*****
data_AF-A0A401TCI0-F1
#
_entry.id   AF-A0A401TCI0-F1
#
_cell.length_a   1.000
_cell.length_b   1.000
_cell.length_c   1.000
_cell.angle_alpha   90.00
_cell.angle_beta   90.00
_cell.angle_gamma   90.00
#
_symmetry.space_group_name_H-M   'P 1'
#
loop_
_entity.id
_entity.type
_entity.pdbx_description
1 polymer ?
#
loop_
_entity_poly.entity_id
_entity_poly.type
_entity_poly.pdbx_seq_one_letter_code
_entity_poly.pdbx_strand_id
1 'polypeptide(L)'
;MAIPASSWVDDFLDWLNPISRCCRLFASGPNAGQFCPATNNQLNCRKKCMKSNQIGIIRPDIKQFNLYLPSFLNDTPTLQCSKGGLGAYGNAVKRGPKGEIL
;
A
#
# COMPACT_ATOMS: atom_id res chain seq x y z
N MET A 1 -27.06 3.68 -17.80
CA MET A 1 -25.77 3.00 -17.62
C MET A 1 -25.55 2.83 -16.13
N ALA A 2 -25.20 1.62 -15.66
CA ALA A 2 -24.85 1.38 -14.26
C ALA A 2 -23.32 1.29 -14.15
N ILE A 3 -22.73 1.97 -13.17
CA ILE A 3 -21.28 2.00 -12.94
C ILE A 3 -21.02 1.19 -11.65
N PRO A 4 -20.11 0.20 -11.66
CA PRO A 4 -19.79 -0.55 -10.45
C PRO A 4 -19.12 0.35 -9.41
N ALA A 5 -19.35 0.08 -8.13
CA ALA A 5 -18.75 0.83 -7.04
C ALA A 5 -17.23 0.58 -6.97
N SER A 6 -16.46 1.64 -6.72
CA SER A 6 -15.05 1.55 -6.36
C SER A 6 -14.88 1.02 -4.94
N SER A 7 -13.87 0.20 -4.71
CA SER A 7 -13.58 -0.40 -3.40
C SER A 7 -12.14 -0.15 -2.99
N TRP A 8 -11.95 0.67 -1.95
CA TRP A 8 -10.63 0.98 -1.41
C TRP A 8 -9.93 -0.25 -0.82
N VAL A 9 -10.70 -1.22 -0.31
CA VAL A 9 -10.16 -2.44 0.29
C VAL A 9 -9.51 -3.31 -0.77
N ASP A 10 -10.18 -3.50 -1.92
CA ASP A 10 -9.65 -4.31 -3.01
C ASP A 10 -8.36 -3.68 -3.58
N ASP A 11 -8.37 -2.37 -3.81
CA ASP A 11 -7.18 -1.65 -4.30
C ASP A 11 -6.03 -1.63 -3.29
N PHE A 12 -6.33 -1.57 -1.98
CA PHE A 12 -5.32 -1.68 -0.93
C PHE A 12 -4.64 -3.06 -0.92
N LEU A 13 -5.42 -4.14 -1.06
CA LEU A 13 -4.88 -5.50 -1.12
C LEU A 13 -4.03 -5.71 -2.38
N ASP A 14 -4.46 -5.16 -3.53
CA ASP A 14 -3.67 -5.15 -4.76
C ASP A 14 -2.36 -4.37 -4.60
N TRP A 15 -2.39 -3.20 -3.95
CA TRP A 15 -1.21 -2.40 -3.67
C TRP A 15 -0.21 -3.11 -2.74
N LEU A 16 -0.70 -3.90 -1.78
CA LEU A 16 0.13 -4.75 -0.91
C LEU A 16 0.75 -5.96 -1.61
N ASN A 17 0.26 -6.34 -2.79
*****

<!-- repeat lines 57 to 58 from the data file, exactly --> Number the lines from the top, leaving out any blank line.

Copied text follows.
C VAL A 9 -9.51 -3.31 -0.77
N ASP A 10 -10.18 -3.50 -1.92